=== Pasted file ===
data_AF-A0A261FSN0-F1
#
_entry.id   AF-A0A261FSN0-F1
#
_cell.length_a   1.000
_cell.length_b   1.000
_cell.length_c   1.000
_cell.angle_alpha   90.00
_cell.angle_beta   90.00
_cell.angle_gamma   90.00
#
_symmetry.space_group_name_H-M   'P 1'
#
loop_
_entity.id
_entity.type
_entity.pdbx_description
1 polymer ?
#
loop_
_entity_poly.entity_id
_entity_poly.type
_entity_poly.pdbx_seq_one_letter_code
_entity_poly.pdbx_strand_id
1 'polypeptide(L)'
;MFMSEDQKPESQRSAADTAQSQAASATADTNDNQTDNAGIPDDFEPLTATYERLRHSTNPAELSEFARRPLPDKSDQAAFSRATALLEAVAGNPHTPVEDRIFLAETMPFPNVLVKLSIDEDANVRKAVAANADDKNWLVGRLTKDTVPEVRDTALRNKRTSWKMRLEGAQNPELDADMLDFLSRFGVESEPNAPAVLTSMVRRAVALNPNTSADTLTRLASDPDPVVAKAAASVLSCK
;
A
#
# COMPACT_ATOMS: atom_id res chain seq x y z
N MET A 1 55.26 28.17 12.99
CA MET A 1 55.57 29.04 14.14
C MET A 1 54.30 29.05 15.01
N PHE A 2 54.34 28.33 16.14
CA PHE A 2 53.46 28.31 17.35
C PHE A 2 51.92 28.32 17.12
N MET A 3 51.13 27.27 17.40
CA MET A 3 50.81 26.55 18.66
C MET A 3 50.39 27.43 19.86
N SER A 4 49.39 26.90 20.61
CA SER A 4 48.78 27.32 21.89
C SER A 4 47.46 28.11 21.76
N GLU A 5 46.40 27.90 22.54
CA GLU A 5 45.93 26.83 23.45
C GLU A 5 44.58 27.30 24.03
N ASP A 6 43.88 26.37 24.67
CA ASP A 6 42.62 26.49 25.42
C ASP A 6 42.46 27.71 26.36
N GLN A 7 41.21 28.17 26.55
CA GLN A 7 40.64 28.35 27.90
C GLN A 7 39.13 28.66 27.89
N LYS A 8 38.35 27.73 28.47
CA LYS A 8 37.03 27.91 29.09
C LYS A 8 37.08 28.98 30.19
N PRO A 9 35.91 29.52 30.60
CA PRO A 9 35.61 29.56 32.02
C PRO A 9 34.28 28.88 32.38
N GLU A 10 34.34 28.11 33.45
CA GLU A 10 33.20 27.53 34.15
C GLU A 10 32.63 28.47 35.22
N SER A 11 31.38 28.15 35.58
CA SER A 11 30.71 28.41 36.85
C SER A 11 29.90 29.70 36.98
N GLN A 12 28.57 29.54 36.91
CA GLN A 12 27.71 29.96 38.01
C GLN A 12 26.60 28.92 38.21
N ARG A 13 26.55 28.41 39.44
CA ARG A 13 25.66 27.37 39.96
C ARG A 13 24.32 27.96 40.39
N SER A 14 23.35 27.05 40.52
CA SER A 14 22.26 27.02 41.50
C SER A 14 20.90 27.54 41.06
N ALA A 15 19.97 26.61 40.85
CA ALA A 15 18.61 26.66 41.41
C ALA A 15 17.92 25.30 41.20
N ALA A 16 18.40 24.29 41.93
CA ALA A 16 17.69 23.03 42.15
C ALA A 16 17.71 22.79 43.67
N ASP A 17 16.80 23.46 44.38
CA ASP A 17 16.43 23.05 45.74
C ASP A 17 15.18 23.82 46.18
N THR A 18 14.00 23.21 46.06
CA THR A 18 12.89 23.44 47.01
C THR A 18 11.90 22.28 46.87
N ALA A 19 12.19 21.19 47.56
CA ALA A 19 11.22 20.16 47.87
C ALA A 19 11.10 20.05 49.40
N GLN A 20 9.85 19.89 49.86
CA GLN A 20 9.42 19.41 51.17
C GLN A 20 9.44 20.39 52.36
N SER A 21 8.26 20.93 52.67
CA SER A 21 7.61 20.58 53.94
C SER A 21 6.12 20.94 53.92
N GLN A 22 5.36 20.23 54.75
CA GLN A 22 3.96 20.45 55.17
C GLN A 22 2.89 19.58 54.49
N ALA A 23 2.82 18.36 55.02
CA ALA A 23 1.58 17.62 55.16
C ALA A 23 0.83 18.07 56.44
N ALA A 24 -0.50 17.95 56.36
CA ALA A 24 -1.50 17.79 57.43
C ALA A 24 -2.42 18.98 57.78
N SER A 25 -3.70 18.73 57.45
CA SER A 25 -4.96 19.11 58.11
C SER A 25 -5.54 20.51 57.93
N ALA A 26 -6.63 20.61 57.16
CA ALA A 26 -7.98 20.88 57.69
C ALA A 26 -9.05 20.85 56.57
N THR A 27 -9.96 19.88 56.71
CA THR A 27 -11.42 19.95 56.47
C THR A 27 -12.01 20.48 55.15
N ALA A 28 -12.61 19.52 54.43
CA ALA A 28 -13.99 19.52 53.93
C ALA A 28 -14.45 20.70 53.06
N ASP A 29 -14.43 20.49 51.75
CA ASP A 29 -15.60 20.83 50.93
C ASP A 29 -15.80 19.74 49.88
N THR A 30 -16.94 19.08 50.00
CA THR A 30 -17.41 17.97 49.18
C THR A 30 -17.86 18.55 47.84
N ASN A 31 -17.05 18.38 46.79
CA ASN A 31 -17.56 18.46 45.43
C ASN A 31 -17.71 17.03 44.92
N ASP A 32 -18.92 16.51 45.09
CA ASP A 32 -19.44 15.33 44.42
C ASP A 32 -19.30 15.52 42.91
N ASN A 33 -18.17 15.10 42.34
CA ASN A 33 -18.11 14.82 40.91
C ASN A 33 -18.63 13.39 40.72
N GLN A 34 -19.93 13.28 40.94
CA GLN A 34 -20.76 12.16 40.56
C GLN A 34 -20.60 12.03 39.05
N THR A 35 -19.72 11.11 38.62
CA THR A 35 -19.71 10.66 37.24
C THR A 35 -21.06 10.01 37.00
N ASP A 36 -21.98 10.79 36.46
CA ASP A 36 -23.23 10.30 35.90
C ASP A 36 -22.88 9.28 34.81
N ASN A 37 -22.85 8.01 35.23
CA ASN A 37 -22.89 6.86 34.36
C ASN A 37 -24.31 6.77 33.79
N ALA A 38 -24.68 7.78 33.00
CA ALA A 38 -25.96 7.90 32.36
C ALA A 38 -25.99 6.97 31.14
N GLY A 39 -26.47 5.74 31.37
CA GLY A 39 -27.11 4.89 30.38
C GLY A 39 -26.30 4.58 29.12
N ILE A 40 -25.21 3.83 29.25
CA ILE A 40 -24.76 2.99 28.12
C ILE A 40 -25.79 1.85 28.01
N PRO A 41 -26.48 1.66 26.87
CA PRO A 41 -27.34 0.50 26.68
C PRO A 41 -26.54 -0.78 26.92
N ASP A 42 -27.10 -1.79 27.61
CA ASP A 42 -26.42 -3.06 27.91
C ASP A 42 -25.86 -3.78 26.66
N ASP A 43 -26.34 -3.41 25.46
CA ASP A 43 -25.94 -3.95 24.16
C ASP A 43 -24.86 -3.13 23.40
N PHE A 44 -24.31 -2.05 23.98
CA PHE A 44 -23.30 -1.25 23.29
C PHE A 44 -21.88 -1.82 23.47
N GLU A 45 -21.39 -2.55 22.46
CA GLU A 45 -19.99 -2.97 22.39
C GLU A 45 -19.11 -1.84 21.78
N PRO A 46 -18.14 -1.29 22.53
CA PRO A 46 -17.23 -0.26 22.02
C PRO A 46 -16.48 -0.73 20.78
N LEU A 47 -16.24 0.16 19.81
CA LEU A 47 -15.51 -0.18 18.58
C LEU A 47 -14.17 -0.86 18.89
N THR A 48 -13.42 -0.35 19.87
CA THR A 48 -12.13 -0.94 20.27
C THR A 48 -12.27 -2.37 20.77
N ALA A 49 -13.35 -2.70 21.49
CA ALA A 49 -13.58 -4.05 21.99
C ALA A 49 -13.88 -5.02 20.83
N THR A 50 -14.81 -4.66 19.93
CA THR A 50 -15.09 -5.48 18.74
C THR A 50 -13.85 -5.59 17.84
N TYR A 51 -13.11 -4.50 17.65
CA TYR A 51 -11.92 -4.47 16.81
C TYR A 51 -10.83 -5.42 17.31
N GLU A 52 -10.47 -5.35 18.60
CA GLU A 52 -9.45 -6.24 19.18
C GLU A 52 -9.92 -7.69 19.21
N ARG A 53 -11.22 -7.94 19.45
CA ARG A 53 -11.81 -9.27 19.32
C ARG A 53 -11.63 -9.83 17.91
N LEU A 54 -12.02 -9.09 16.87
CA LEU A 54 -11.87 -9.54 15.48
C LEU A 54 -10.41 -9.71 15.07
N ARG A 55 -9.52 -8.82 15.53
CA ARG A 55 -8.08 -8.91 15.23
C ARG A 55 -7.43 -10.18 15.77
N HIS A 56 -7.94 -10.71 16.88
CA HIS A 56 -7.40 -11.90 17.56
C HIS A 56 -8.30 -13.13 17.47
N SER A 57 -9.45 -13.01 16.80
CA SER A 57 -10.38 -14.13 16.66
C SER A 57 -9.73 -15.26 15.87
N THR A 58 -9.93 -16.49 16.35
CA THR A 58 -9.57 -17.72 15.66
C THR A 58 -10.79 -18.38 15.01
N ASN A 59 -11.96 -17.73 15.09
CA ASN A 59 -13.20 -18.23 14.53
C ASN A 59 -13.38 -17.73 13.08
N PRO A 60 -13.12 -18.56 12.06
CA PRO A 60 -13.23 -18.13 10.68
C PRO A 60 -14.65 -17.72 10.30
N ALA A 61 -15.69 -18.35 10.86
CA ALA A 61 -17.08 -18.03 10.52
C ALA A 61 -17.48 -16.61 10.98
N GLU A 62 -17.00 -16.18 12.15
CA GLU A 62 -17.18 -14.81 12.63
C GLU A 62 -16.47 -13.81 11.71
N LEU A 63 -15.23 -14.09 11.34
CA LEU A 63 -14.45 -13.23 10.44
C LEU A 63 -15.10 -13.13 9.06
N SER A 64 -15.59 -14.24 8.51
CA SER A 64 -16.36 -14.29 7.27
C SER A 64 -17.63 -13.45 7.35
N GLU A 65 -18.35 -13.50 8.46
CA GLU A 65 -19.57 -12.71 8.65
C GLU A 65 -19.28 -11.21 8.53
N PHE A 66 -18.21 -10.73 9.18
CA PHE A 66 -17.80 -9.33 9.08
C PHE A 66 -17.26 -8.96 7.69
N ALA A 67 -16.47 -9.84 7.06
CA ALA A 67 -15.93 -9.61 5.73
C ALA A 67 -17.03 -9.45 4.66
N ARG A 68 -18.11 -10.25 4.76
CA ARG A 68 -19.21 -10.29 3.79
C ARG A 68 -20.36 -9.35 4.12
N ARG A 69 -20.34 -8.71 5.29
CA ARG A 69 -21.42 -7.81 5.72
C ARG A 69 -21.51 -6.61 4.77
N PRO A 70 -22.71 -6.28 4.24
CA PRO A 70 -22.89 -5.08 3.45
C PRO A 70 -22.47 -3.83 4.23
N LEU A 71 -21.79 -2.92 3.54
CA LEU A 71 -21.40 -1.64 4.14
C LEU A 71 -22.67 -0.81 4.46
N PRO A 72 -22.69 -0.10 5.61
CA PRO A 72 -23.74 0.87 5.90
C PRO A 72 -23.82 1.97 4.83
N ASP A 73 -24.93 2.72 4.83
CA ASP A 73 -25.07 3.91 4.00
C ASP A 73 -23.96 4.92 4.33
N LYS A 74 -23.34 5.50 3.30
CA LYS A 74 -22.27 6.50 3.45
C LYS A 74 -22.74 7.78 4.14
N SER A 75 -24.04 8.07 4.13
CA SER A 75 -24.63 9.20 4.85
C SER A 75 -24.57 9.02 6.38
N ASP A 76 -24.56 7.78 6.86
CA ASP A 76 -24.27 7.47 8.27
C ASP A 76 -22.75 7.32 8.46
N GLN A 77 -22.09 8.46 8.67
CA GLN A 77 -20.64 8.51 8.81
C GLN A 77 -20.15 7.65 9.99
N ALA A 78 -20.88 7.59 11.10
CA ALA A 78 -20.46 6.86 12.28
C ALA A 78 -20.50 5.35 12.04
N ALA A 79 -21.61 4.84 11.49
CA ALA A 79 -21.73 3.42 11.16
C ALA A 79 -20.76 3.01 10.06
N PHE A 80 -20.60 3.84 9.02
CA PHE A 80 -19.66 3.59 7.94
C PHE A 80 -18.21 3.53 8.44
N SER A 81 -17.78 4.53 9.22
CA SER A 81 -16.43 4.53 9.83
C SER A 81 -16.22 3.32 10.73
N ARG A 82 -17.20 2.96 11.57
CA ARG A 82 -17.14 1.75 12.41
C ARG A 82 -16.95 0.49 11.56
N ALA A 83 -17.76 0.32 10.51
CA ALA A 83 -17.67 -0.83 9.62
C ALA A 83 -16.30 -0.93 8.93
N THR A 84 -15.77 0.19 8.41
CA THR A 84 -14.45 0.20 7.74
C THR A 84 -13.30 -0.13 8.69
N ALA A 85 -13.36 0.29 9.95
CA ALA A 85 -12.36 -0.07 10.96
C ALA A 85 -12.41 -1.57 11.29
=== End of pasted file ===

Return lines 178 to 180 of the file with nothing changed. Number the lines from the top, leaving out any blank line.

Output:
N THR A 50 -14.81 -4.66 19.93
CA THR A 50 -15.09 -5.48 18.74
C THR A 50 -13.85 -5.59 17.84